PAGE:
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Are Listed Buildings exempt?

There is a lot of confusion about exemptions relating to listed buildings and buildings within a formally designated conservation area.  Firstly, the exemptions that exist appear to vary between administrations in the UK and are different for different forms of assessment.  Secondly, the supporting guidance, particularly in England & Wales, is regularly updated and can appear inconsistent or incomprehensible.

Air Conditioning Energy Assessments & Display Energy Certificates

Dealing first with these two assessments, the need for compliance is not affected by the historic nature or otherwise of the building.  As such, no exemptions from the requirements for these assessments exist specifically for buildings that are listed or in formally designated conservation areas.

Listed buildings and those in formally designated conservation areas are treated as any other building is treated and require Air Conditioning Energy Assessments (ACEAs) and Display Energy Certificates (DECs) if they meet the other qualifying criteria.

Buildings in Scotland

The Scottish Government has not attempted to exempt listed buildings or buildings in formally designated conservation areas from their regulations for energy efficiency.  Instead, they have taken an approach where an assessor is required to consider the impact of improvement measures and their appropriateness for the specific building in question.   As such, no exemptions from the requirement for an Energy Performance Certificate exist specifically for buildings that are listed or in formally designated conservation areas. [Click here to see guidance]

Listed buildings and those in formally designated conservation areas in Scotland require Energy Performance Certificates (EPCs) and Section 63 Action Plans if they meet the other qualifying criteria.

Buildings in England & Wales

Put politely, the situation for buildings in England and Wales is about as clear as mud.  The wording in the current regulations is taken directly from the European Directive and says “buildings officially protected as part of a designated environment or because of their special architectural or historical merit, in so far as compliance with certain minimum energy performance requirements would unacceptably alter their character or appearance.”

When these regulations were enacted on 9th January 2013, it was generally accepted that listed buildings were exempt from the requirement for an EPC for sale or let although it was acknowledged that they would still require an EPC in other circumstances (e.g. Green Deal).  This belief was re-enforced by guidance published by Historic England which includes the statement “An Energy Performance Certificate (EPC) is a legal requirement when building, selling or renting a property. However, there are exemptions for certain types of building and since January 2013 listed buildings have been exempted from the need to have an EPC.”  However, Historic England’s Terms and Conditions include the usual disclaimers regarding their interpretation of the law in that the position stated was just their interpretation and that they accept no liability for its accuracy.  In the absence of enforcement action or legal precedents being set, much discussion has continued both in and out of the legal community with differing interpretations resulting.

Moving forward to the latest guidance to come from The Department of Business, Energy and Industrial Strategy, the UK Government Department which now has responsibility for EPCs.  Issued in February 2017, this update is contained within the guidance for landlords and enforcement authorities on the minimum level of energy efficiency required to let non-domestic property under the Energy Efficiency (Private Rented Property) (England and Wales) Regulations 2015.  The advice, published in Chapter 1 on page 19 is shown below:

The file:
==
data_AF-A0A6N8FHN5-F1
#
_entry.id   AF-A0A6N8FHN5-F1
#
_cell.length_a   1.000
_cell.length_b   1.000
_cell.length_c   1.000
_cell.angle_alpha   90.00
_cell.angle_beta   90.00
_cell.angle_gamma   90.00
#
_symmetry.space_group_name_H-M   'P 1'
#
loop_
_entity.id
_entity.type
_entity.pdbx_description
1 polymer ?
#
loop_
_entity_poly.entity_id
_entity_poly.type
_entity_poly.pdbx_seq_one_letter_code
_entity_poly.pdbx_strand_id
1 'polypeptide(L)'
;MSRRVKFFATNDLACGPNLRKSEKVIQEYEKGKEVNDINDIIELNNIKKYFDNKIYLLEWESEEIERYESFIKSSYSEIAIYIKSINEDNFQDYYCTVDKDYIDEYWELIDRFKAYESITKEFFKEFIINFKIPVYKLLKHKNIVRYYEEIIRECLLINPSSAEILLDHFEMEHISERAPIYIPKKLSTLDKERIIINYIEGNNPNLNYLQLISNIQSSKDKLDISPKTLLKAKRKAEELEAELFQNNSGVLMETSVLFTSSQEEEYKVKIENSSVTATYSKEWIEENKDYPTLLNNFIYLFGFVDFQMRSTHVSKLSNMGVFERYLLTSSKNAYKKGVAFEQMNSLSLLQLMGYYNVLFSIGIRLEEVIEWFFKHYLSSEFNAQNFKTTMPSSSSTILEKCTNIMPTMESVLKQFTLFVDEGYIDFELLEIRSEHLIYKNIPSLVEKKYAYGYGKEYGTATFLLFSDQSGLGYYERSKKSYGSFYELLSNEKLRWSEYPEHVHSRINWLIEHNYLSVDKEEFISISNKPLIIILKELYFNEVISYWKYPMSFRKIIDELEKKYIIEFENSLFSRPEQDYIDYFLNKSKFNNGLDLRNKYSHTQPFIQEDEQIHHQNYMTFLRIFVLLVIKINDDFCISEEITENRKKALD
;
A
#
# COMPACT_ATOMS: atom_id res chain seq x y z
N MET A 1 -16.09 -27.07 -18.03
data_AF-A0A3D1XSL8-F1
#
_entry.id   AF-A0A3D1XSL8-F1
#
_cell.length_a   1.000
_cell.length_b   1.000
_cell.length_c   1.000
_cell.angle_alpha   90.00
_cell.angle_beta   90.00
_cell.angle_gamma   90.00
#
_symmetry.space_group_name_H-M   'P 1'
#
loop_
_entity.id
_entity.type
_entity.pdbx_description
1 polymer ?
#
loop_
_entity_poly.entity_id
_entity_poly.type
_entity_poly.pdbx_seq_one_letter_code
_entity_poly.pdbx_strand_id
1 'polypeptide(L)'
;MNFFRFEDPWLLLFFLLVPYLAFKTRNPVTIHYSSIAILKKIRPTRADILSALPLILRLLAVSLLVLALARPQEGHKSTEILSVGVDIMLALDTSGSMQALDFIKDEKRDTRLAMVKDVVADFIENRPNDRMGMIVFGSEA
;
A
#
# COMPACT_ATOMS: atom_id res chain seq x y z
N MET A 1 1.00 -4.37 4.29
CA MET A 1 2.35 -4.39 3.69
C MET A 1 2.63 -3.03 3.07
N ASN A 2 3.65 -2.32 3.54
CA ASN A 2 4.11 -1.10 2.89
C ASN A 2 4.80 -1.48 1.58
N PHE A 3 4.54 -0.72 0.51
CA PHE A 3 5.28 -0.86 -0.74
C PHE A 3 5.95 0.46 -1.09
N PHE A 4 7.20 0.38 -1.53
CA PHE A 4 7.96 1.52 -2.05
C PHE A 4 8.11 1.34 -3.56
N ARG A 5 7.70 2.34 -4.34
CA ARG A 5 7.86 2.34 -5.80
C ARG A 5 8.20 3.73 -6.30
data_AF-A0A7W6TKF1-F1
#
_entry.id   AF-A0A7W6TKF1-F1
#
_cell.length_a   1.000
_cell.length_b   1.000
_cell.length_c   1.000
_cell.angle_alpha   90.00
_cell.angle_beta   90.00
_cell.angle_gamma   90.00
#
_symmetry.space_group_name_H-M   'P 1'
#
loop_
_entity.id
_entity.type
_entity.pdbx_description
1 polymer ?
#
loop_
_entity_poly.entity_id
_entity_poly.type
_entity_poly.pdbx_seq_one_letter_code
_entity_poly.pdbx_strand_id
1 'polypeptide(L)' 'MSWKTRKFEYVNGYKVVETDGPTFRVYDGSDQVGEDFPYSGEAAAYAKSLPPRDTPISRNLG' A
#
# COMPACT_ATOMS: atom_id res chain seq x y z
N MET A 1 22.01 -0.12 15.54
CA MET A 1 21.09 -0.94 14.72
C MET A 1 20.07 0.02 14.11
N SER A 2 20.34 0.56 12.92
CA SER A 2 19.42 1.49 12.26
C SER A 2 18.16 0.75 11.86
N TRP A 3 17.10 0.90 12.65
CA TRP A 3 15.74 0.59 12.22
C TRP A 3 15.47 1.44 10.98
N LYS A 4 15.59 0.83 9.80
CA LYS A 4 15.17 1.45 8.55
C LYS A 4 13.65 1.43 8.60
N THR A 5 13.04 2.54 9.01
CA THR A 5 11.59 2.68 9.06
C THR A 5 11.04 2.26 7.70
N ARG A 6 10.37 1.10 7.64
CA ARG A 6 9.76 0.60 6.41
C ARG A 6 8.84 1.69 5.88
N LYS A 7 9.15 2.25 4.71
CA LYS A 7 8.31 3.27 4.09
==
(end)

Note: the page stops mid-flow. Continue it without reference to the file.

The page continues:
“There is a common misunderstanding relating to listed buildings and whether they are exempt from the requirement to obtain an EPC. Listed properties, and buildings within a conservation area, will not necessarily be exempt from the requirement to have a valid EPC and it will be up to the owner of a listed building to understand whether or not their property is required to have an EPC. Where a listed privately rented non-domestic property, or a property within a conservation area, is required to have an EPC, that property will be within scope of the minimum energy efficiency standards.

“As noted at 1.3.3 above, an EPC is not currently required for a listed property or building within a conservation area when it is sold or rented in so far as compliance with minimum energy performance requirements would unacceptably alter its character or appearance. Examples of energy performance measures which may alter character or appearance (or as a minimum are likely to require local authority planning permission to install on a listed building) include external solid wall insulation, replacement glazing, solar panels, or an external wall mounted air source heat pump. Where character or appearance would not be altered by compliance with energy performance requirements, an EPC may be legally required.

“If an owner or occupier of a listed building is unsure about whether their particular property is or is not required to have an EPC, appropriate advice should be sought at the earliest opportunity.”

Exactly the same information is contained within the equivalent publication for domestic properties which has been published more recently in October 2017.  Changes in other guidance documents issued by MHCLG (formerly DCLG) and BEIS have also been made to reflect this.  However, whilst they tend to reduce the previously special status given to listed buildings to a par with other designations including Conservation Areas, National Parks, Scheduled Monuments and protected parks and gardens, they do little to clarify exactly how far an exemption applies.